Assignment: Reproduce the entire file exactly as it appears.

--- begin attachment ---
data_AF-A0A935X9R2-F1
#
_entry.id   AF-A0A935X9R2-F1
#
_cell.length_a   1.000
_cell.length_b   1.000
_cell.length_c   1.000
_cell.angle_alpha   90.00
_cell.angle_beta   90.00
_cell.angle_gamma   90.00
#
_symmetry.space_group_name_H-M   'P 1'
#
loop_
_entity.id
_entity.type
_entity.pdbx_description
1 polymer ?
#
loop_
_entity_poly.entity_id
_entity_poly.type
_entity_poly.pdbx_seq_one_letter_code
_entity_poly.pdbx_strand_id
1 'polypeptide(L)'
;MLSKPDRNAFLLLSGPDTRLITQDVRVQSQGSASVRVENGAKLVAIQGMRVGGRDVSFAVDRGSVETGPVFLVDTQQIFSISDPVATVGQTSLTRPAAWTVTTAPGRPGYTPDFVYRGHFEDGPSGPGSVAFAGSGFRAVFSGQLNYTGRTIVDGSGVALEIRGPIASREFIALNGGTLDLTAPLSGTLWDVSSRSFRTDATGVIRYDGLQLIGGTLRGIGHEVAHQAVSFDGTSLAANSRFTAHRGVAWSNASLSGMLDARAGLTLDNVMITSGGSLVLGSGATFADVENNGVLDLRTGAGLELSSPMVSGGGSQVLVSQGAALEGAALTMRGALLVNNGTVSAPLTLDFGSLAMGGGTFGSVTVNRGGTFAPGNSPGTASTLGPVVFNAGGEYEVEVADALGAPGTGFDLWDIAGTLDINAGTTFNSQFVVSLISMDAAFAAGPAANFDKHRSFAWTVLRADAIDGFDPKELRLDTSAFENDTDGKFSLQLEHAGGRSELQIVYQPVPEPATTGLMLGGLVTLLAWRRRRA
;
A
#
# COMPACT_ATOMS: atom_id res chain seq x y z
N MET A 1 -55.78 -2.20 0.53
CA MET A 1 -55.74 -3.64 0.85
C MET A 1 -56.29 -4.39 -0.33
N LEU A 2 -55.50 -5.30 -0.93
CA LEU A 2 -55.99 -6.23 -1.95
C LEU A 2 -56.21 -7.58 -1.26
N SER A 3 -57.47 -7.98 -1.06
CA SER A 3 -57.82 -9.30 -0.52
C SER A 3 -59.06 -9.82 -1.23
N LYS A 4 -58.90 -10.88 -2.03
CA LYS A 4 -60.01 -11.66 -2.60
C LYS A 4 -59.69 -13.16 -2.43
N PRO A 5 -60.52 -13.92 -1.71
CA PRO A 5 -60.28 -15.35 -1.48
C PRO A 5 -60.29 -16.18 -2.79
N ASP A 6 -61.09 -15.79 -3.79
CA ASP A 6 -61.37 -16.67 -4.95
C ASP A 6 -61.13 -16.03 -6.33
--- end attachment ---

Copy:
data_AF-A0A935X9R2-F1
#
_entry.id   AF-A0A935X9R2-F1
#
_cell.length_a   1.000
_cell.length_b   1.000
_cell.length_c   1.000
_cell.angle_alpha   90.00
_cell.angle_beta   90.00
_cell.angle_gamma   90.00
#
_symmetry.space_group_name_H-M   'P 1'
#
loop_
_entity.id
_entity.type
_entity.pdbx_description
1 polymer ?
#
loop_
_entity_poly.entity_id
_entity_poly.type
_entity_poly.pdbx_seq_one_letter_code
_entity_poly.pdbx_strand_id
1 'polypeptide(L)'
;MLSKPDRNAFLLLSGPDTRLITQDVRVQSQGSASVRVENGAKLVAIQGMRVGGRDVSFAVDRGSVETGPVFLVDTQQIFSISDPVATVGQTSLTRPAAWTVTTAPGRPGYTPDFVYRGHFEDGPSGPGSVAFAGSGFRAVFSGQLNYTGRTIVDGSGVALEIRGPIASREFIALNGGTLDLTAPLSGTLWDVSSRSFRTDATGVIRYDGLQLIGGTLRGIGHEVAHQAVSFDGTSLAANSRFTAHRGVAWSNASLSGMLDARAGLTLDNVMITSGGSLVLGSGATFADVENNGVLDLRTGAGLELSSPMVSGGGSQVLVSQGAALEGAALTMRGALLVNNGTVSAPLTLDFGSLAMGGGTFGSVTVNRGGTFAPGNSPGTASTLGPVVFNAGGEYEVEVADALGAPGTGFDLWDIAGTLDINAGTTFNSQFVVSLISMDAAFAAGPAANFDKHRSFAWTVLRADAIDGFDPKELRLDTSAFENDTDGKFSLQLEHAGGRSELQIVYQPVPEPATTGLMLGGLVTLLAWRRRRA
;
A
#
# COMPACT_ATOMS: atom_id res chain seq x y z
N MET A 1 -55.78 -2.20 0.53
CA MET A 1 -55.74 -3.64 0.85
C MET A 1 -56.29 -4.39 -0.33
N LEU A 2 -55.50 -5.30 -0.93
CA LEU A 2 -55.99 -6.23 -1.95
C LEU A 2 -56.21 -7.58 -1.26
N SER A 3 -57.47 -7.98 -1.06
CA SER A 3 -57.82 -9.30 -0.52
C SER A 3 -59.06 -9.82 -1.23
N LYS A 4 -58.90 -10.88 -2.03
CA LYS A 4 -60.01 -11.66 -2.60
C LYS A 4 -59.69 -13.16 -2.43
N PRO A 5 -60.52 -13.92 -1.71
CA PRO A 5 -60.28 -15.35 -1.48
C PRO A 5 -60.29 -16.18 -2.79
N ASP A 6 -61.09 -15.79 -3.79
CA ASP A 6 -61.37 -16.67 -4.95
C ASP A 6 -61.13 -16.03 -6.33